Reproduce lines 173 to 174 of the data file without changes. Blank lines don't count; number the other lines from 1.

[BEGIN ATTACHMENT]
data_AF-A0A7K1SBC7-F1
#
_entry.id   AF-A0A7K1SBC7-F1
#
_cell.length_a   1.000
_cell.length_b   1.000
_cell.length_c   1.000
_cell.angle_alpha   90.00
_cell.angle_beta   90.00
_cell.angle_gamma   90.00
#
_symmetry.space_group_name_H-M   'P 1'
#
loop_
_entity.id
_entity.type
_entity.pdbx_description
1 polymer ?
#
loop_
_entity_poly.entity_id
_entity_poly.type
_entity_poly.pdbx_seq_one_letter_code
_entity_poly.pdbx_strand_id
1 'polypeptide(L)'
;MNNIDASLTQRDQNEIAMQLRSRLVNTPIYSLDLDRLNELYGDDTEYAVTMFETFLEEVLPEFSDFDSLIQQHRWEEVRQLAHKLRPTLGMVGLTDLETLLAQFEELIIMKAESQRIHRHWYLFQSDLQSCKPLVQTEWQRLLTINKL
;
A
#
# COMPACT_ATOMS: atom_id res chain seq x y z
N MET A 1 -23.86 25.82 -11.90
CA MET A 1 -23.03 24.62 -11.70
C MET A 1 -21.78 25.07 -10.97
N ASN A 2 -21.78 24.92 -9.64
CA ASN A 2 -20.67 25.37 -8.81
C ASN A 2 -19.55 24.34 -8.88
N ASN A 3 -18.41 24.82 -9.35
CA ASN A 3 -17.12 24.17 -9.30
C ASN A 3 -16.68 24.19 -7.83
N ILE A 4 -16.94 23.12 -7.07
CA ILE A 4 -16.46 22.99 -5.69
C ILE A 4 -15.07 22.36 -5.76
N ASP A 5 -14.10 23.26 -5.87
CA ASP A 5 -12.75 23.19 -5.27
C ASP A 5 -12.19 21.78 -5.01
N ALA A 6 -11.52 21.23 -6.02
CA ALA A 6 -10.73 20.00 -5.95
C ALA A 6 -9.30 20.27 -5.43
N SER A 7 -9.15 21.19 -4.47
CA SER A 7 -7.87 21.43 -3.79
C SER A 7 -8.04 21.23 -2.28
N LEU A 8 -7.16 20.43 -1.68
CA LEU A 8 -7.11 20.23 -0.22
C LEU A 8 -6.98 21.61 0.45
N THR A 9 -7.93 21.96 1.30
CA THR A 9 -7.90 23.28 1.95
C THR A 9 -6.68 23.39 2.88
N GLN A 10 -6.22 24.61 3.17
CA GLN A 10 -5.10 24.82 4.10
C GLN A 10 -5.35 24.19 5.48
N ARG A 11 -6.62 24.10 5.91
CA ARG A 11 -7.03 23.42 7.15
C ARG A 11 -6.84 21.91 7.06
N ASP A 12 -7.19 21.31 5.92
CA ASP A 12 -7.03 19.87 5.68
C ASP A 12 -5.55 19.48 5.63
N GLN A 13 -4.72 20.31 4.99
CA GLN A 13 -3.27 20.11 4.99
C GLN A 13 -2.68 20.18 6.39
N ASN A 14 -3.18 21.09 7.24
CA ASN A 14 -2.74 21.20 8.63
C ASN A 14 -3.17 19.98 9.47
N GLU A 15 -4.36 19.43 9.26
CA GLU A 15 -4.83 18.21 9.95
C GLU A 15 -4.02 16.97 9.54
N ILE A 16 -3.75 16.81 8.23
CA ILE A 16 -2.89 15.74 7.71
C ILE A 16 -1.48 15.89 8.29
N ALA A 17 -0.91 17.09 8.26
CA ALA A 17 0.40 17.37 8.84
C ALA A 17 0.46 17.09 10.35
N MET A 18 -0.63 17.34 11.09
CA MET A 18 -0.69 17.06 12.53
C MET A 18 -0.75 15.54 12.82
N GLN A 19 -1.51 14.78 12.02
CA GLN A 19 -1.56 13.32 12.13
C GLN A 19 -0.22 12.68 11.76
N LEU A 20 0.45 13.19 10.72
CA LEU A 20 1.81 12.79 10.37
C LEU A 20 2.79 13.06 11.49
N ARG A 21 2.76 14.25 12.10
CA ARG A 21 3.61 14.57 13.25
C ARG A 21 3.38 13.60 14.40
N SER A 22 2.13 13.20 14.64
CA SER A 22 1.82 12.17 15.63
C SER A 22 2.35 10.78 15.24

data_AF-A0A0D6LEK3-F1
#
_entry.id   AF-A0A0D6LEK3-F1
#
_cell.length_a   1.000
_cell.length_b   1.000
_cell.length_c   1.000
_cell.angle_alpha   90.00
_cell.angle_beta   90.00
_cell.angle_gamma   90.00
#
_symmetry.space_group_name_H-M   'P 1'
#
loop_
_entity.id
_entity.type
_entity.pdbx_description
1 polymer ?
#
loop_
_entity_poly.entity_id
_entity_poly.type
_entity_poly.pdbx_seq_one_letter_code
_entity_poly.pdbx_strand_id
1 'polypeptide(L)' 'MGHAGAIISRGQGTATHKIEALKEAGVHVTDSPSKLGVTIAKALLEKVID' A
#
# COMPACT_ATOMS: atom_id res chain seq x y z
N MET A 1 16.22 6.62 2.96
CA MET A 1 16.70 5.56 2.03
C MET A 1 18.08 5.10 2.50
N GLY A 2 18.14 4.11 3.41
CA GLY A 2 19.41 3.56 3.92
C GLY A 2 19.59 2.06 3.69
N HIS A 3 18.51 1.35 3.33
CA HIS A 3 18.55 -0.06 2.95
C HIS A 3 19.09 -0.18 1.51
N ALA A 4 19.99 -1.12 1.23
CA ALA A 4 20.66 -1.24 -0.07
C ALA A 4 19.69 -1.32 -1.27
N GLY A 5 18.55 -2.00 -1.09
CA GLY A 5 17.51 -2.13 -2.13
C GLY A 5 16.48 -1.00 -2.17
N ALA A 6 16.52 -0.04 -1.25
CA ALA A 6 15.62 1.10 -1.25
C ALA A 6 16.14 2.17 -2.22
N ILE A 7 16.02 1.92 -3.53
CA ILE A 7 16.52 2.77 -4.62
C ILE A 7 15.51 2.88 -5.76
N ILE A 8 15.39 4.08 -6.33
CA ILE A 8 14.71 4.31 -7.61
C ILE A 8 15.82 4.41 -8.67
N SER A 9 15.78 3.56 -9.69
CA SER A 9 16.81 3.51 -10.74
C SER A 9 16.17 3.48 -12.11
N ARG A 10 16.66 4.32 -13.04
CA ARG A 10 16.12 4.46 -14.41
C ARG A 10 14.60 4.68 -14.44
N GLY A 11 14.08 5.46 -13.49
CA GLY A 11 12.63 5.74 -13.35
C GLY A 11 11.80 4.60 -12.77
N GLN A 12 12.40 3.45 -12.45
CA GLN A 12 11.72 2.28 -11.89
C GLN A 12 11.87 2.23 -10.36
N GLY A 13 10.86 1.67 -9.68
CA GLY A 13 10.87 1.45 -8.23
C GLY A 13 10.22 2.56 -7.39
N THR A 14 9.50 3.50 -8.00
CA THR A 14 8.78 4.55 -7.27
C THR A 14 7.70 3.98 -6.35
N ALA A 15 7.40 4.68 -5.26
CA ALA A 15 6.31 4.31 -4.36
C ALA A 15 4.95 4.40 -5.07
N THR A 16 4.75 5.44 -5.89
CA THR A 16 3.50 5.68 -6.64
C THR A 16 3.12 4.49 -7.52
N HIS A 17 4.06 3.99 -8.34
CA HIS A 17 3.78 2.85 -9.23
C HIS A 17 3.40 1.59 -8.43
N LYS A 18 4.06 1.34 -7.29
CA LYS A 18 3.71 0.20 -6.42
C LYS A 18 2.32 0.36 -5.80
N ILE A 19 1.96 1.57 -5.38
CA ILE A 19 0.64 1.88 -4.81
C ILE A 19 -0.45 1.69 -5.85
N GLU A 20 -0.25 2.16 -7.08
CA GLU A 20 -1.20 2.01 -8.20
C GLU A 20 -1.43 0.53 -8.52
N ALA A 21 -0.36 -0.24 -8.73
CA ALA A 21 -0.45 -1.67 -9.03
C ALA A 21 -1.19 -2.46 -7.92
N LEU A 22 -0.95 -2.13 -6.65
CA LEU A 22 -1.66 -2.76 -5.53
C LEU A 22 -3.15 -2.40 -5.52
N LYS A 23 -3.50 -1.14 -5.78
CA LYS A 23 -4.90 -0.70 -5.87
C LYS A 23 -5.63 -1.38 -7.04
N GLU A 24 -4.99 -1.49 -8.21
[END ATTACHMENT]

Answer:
CA HIS A 17 3.78 2.85 -9.23
C HIS A 17 3.40 1.59 -8.43